Jan 31, 2011

Audio Review - Graceling by Kristin Cashore


Graceling by Kristin Cashore
Published 2009 (first published 2008) by Playaway
Chelsea Mixon as Katsa & Zachary Exton as Prince Po

From the Publisher:
Katsa has been able to kill a man with her bare hands since she was eight — she’s a Graceling, one of the rare people in her land born with an extreme, and in her case horrifying, skill. As niece of the king, she should be able to live a life of privilege, but Graced as she is with killing, she is forced to work as the king’s thug. When she first meets Prince Po, Graced with combat skills, Katsa has no hint of how her life is about to change. 

She never expects to become Po’s friend. She never expects to learn a new truth about her own Grace — or about a terrible secret that lies hidden far away... a secret that could destroy all seven kingdoms with words alone.

Review:
Day in and day out, Katsa has to put her Grace to use. She is gifted with the Grace of killing and her uncle, the king, sends Katsa out to do his dirty work. When she meets Prince Po, she thinks that perhaps she has found the only worthy person to practice her fighting skills. What she finds is more than a fighting partner. Katsa learns that her Grace is more than meets the eye and even though she doesn't want to tie herself to Po forever, she can't possibly live without him.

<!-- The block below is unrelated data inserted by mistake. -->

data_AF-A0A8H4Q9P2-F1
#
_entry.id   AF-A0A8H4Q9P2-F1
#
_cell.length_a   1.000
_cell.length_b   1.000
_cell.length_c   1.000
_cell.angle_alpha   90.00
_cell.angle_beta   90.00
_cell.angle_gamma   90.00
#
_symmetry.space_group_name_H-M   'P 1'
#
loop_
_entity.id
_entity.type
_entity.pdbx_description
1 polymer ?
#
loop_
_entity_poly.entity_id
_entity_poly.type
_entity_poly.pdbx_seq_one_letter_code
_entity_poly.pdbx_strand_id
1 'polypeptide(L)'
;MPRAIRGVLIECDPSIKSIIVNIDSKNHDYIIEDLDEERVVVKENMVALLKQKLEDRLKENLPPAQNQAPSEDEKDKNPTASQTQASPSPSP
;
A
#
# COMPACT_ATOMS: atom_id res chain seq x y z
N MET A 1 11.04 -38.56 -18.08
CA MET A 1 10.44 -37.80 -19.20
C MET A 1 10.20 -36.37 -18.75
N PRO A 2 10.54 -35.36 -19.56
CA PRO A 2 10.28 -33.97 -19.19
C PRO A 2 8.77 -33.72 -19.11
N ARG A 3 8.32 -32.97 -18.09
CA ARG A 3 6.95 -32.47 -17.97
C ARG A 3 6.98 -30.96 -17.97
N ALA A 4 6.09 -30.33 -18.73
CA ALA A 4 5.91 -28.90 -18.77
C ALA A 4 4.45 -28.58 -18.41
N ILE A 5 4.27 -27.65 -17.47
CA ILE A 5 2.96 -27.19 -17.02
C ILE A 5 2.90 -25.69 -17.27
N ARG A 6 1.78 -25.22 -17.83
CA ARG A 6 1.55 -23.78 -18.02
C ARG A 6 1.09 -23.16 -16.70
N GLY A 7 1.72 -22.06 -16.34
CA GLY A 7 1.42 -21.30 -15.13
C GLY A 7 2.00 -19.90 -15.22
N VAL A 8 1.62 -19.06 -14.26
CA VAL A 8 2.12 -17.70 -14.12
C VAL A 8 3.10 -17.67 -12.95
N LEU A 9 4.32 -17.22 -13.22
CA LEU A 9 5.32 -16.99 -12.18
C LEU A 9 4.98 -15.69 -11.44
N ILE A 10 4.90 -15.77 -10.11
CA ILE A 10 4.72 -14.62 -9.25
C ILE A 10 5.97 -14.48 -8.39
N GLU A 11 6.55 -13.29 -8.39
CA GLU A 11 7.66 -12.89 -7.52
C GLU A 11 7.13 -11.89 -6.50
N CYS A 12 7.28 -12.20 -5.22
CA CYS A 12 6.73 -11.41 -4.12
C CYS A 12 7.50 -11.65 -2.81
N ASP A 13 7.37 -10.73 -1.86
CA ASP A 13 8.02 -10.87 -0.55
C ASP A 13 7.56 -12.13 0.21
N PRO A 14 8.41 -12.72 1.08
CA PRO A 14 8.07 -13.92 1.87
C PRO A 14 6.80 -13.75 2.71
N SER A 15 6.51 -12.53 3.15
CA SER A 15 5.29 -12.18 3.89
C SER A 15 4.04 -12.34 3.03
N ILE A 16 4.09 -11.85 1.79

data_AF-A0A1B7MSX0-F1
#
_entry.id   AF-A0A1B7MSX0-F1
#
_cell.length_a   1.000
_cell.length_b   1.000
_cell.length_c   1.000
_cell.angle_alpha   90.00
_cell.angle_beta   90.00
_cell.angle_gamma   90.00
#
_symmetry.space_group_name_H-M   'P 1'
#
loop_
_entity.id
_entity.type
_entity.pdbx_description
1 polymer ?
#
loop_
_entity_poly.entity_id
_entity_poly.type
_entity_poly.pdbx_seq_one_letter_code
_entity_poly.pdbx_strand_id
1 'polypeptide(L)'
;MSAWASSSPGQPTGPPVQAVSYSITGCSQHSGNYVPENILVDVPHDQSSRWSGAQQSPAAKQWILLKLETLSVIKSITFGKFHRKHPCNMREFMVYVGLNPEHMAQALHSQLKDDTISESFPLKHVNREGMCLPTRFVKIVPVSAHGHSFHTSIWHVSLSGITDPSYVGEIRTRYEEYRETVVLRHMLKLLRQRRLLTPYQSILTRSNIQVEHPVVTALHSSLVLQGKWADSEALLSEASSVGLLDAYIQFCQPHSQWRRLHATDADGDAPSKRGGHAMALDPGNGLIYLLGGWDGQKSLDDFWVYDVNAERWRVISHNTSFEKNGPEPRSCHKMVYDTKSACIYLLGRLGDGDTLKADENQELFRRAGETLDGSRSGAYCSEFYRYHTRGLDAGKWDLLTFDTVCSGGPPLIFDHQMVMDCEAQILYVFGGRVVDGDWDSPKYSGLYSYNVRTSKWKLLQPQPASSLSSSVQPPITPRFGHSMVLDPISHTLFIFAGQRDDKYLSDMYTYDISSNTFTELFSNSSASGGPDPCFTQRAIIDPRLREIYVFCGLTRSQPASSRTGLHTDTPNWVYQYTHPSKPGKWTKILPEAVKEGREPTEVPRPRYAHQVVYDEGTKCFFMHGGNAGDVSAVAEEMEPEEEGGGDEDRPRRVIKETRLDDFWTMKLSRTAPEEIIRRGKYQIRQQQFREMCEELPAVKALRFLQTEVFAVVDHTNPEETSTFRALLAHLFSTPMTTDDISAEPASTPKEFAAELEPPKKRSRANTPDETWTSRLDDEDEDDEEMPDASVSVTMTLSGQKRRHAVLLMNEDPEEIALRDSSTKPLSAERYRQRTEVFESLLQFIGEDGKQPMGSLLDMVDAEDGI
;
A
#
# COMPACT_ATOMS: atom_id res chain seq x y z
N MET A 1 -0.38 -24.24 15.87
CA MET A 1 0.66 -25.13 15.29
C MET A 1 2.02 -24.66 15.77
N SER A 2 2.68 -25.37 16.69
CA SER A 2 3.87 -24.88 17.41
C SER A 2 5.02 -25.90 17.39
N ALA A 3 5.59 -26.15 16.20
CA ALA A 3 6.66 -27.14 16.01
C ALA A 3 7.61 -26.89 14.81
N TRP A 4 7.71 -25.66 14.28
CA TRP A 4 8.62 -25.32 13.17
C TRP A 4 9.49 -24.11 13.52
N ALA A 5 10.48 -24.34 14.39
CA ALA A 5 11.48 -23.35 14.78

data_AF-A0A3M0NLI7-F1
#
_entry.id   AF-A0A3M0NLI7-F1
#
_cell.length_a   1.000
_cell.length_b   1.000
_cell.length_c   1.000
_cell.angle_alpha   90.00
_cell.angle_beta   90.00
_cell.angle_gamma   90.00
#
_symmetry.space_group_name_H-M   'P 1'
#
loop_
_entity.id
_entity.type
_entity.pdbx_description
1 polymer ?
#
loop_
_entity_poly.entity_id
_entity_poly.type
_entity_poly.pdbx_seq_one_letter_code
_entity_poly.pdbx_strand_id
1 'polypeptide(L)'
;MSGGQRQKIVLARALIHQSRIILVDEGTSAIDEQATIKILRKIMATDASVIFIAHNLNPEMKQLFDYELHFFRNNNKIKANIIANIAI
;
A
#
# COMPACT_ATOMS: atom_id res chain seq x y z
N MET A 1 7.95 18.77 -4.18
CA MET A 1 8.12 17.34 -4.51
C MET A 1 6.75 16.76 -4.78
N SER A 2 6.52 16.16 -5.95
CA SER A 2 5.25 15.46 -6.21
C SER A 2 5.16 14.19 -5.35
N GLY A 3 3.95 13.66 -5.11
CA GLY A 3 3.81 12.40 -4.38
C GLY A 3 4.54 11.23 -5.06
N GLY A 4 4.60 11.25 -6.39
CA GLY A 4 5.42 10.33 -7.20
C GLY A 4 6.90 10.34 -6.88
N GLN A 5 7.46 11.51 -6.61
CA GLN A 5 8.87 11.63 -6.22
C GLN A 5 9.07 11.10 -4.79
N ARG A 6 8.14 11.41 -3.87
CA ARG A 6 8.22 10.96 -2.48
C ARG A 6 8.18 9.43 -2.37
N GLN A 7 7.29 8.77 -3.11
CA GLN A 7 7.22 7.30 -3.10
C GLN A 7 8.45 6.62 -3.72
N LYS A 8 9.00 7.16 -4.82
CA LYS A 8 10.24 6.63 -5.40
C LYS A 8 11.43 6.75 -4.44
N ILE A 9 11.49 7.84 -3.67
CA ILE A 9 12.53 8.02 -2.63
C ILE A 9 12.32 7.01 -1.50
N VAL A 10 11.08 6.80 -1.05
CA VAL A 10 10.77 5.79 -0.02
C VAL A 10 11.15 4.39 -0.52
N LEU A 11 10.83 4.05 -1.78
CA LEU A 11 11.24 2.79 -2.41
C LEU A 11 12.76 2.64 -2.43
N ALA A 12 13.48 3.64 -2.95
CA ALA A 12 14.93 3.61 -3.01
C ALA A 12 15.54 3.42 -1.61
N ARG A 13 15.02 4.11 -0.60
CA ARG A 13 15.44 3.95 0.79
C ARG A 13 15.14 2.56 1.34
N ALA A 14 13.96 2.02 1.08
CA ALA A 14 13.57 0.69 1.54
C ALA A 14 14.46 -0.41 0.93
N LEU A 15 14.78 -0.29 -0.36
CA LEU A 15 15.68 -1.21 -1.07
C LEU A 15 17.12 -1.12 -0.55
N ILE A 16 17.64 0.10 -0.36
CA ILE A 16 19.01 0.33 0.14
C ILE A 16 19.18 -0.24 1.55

For some odd dumb reason, I kept pushing Graceling aside. To be honest, I think it was the sword on the cover that turned me off. Silly I know, but I have "issues" with high fantasy books and as a result, this area isn't one of my strong suits. I'm working on it! (For the record, Graceling is not high fantasy) Regardless, many people told me to give Graceling a try and when I saw the Playaway version at the library, I had to give it a go. 

Graceling is one of those books that makes you want to live back in the days where words like "crunk," "fo-shizzle," and "jank" don't exist. Although the vocabulary is made up of simple, everyday words, there is a sophisticated feel and air of properness that add to the quality of the story. In fact, it is what makes this story great. Simply put, Cashore has a way with words. Yes, the dialect has something to do with the time period and setting, but let's be honest, Cashore has a gift. For me, the language was the most special aspect of this book and it adds a lightness and airy quality feel to a book about a girl killer and her journey to accept who she is and meant to be.